Anyway, you might try a little coping trick that helps me - whenever you feel anxious, say it out loud to yourself. Just say, "I'm really anxious." Then, figure out what's making you anxious. If it's because you're going to a picnic, say, and you feel like you're on display in group settings, say it out loud. "I feel anxious because I'm going to this picnic and I feel like I'm on display in group settings." Then, say exactly what you fear is going to happen, but say it as if it is actually going to happen, not that you feel that it will, and take it to the absolute nth degree of awful. For example, "I'm going to trip on a root and fall face forward into the potato salad and then I'm going to spill my bloody mary on Pam's white cashmere sweater. Then, I'm going to say something really idiotic and conversation will grind to a halt because everyone will be thinking, "Wow. What an idiot." And then I'm going to embarrass myself by crying when I lose the touch football game because I completely suck at sports and everybody is going to point and laugh at me just like those scenes in movies where people point and laugh at the asshole and everybody will shun me and I will die alone in a puddle of my own filth." Try it right now, in fact. "Everybody on askMe is pointing and laughing at their computer screens right now because I am the most fucked up person that ever asked an askMe on askMe. I'm worse than the people who ask if it's weird to fantasize about having sex with patio furniture or the others who ask what pliers work best for declawing a roommate's elderly cat. I fail askMe."

Put simply, don't try not to beat yourself up over something - really beat yourself up over it. Now, this sounds awful. But your fears may also sound ridiculous to your own ears. You may even find yourself laughing at the level of your own ridiculousness. But you may also feel better that you've given voice to your worst fears about a certain situation and you will have also set the bar for whatever interaction you're nervous about really low. That way, whatever does happen, it will almost always be better than your imagined alternative.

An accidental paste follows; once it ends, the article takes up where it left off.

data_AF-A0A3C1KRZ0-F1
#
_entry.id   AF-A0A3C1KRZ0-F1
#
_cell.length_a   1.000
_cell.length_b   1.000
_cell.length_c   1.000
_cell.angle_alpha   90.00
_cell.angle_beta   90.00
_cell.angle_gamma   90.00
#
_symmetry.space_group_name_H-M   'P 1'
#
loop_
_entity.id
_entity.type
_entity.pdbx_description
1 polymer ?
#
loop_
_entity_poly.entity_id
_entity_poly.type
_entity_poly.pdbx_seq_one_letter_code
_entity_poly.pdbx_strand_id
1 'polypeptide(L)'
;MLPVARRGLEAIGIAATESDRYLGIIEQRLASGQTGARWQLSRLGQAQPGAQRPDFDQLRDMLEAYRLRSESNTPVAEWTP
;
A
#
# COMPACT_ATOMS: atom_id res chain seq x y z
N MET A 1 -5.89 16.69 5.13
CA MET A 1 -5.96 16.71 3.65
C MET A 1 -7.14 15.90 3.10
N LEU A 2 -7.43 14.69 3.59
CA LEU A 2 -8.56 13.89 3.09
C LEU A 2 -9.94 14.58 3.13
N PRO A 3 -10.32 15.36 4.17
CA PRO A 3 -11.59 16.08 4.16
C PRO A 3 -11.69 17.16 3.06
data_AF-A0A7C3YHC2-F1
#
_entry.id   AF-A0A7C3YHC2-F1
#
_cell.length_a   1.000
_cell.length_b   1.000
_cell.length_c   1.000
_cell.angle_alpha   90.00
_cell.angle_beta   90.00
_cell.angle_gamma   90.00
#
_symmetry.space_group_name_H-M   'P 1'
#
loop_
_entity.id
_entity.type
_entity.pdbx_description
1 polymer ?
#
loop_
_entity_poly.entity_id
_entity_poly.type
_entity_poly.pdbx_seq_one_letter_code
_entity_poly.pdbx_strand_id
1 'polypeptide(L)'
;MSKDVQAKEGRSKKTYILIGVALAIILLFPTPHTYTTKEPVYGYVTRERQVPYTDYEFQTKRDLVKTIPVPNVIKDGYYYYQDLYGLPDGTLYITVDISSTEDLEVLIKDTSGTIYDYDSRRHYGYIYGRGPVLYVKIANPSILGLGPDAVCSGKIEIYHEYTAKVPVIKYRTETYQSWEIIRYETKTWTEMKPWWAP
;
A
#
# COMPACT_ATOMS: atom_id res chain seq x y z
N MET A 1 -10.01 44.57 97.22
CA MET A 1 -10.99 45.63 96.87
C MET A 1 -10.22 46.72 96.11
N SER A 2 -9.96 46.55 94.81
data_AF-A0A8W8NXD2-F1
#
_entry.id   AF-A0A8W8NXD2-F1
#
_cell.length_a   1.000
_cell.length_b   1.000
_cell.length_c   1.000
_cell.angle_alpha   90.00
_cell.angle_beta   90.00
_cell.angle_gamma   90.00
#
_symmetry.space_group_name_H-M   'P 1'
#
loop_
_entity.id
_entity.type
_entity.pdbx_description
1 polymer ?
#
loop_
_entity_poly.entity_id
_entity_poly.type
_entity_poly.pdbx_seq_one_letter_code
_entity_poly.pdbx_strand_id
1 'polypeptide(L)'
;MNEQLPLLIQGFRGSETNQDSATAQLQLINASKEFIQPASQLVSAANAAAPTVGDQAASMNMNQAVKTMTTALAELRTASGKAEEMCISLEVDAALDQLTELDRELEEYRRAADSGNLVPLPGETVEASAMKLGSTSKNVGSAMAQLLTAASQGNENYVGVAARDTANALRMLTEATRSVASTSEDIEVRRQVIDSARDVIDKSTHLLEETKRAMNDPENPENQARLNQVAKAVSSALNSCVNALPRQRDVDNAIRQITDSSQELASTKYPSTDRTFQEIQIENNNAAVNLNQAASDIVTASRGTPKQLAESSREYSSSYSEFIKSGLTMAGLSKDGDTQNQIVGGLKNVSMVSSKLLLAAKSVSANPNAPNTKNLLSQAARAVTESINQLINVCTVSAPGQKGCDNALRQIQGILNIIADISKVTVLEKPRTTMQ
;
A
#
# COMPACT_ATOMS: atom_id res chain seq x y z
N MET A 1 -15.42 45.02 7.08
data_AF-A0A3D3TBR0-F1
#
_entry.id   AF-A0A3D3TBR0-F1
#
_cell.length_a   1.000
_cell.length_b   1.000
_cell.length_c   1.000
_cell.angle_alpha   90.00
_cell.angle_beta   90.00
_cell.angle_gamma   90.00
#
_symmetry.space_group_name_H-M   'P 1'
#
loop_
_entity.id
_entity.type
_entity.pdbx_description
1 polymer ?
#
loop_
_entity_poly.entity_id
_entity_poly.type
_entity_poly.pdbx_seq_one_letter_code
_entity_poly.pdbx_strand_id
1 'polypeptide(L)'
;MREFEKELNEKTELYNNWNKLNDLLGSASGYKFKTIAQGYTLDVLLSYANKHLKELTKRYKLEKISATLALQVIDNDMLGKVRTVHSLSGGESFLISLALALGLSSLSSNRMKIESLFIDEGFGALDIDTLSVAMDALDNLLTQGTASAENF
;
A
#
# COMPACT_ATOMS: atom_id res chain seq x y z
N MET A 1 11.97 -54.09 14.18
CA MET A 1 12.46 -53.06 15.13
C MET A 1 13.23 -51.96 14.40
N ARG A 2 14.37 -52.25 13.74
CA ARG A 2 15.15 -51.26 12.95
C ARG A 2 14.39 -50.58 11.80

I don't know if it's the same for you, but I've also found that sometimes the anxiety I feel over actually being anxious is worse than what's making me anxious. I know enough now after years of therapy to know that my fears make me anxious, and I get anxious when I start to fall into this pattern - really frustrating, because I know better. But I also know that trying to stave off my anxiety or deny it only makes the problem worse. So, I just kick myself around beforehand and listen to myself imagining these ridiculous, awful things that never come to pass. And afterward, I can pat myself on the back for not tucking my skirt into my pantyhose and walking around my friend's wedding with my arse hanging out, like I imagined I surely would because I am such a loser and everybody's knows it.

Lastly, a different kind of therapy may help you understand why you feel how you feel and accept yourself warts and all. Best of luck.
posted by TryTheTilapia at 6:29 AM on March 18, 2008 [3 favorites]


This might sound wacky, but sometimes engaging in very logical activities can quiet the mind--ie logic puzzles, chess, something where you really have to focus in order to achieve anything.
posted by sweetkid at 6:37 AM on March 18, 2008


You're getting a big blast of adrenalin in certain situations. It's a physical thing that's real, happening in your body. Several people in my family experience a similar thing -- one feels a lot of anger, one worries constantly about things that are very unlikely to happen, another is very anxious about interacting with other people (in the way you describe yourself). To me it seems like they/we all have the same basic condition, showing itself in different ways. Some little thing causes a big overreaction; it feels terrible when it's happening, and the aftermath is different but just as bad.